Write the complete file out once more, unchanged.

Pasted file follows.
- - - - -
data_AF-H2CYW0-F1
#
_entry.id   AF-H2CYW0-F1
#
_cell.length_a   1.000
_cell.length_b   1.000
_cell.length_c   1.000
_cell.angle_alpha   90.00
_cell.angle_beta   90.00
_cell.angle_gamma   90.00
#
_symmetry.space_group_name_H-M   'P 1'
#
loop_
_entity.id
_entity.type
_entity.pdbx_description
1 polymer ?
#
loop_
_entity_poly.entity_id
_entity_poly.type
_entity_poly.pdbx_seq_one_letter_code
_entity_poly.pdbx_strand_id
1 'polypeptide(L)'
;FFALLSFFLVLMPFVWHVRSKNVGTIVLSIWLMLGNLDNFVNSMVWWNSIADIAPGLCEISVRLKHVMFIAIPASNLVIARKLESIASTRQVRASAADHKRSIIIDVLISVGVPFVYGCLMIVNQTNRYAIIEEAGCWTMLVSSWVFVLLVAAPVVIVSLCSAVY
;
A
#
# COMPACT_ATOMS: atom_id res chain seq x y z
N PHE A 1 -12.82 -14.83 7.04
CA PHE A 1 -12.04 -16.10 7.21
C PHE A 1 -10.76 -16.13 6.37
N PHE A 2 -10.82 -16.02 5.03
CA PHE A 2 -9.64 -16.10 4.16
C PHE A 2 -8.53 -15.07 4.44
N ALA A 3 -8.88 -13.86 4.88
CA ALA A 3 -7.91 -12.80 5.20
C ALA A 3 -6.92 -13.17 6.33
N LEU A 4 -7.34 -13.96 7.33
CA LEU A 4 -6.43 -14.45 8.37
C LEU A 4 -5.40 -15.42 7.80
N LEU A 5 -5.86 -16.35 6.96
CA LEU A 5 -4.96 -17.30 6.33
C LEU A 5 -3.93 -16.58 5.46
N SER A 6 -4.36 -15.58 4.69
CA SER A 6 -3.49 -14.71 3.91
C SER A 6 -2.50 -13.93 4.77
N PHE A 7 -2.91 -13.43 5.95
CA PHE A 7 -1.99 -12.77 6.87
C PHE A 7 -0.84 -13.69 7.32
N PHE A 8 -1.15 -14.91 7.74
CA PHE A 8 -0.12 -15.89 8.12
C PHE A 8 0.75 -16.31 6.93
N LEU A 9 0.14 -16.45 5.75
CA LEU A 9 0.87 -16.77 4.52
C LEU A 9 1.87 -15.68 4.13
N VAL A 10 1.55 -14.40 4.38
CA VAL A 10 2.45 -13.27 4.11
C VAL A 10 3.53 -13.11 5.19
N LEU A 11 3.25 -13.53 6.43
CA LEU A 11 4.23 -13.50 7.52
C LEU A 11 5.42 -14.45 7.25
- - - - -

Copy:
data_AF-H2CYW0-F1
#
_entry.id   AF-H2CYW0-F1
#
_cell.length_a   1.000
_cell.length_b   1.000
_cell.length_c   1.000
_cell.angle_alpha   90.00
_cell.angle_beta   90.00
_cell.angle_gamma   90.00
#
_symmetry.space_group_name_H-M   'P 1'
#
loop_
_entity.id
_entity.type
_entity.pdbx_description
1 polymer ?
#
loop_
_entity_poly.entity_id
_entity_poly.type
_entity_poly.pdbx_seq_one_letter_code
_entity_poly.pdbx_strand_id
1 'polypeptide(L)'
;FFALLSFFLVLMPFVWHVRSKNVGTIVLSIWLMLGNLDNFVNSMVWWNSIADIAPGLCEISVRLKHVMFIAIPASNLVIARKLESIASTRQVRASAADHKRSIIIDVLISVGVPFVYGCLMIVNQTNRYAIIEEAGCWTMLVSSWVFVLLVAAPVVIVSLCSAVY
;
A
#
# COMPACT_ATOMS: atom_id res chain seq x y z
N PHE A 1 -12.82 -14.83 7.04
CA PHE A 1 -12.04 -16.10 7.21
C PHE A 1 -10.76 -16.13 6.37
N PHE A 2 -10.82 -16.02 5.03
CA PHE A 2 -9.64 -16.10 4.16
C PHE A 2 -8.53 -15.07 4.44
N ALA A 3 -8.88 -13.86 4.88
CA ALA A 3 -7.91 -12.80 5.20
C ALA A 3 -6.92 -13.17 6.33
N LEU A 4 -7.34 -13.96 7.33
CA LEU A 4 -6.43 -14.45 8.37
C LEU A 4 -5.40 -15.42 7.80
N LEU A 5 -5.86 -16.35 6.96
CA LEU A 5 -4.96 -17.30 6.33
C LEU A 5 -3.93 -16.58 5.46
N SER A 6 -4.36 -15.58 4.69
CA SER A 6 -3.49 -14.71 3.91
C SER A 6 -2.50 -13.93 4.77
N PHE A 7 -2.91 -13.43 5.95
CA PHE A 7 -1.99 -12.77 6.87
C PHE A 7 -0.84 -13.69 7.32
N PHE A 8 -1.15 -14.91 7.74
CA PHE A 8 -0.12 -15.89 8.12
C PHE A 8 0.75 -16.31 6.93
N LEU A 9 0.14 -16.45 5.75
CA LEU A 9 0.87 -16.77 4.52
C LEU A 9 1.87 -15.68 4.13
N VAL A 10 1.55 -14.40 4.38
CA VAL A 10 2.45 -13.27 4.11
C VAL A 10 3.53 -13.11 5.19
N LEU A 11 3.25 -13.53 6.43
CA LEU A 11 4.23 -13.50 7.52
C LEU A 11 5.42 -14.45 7.25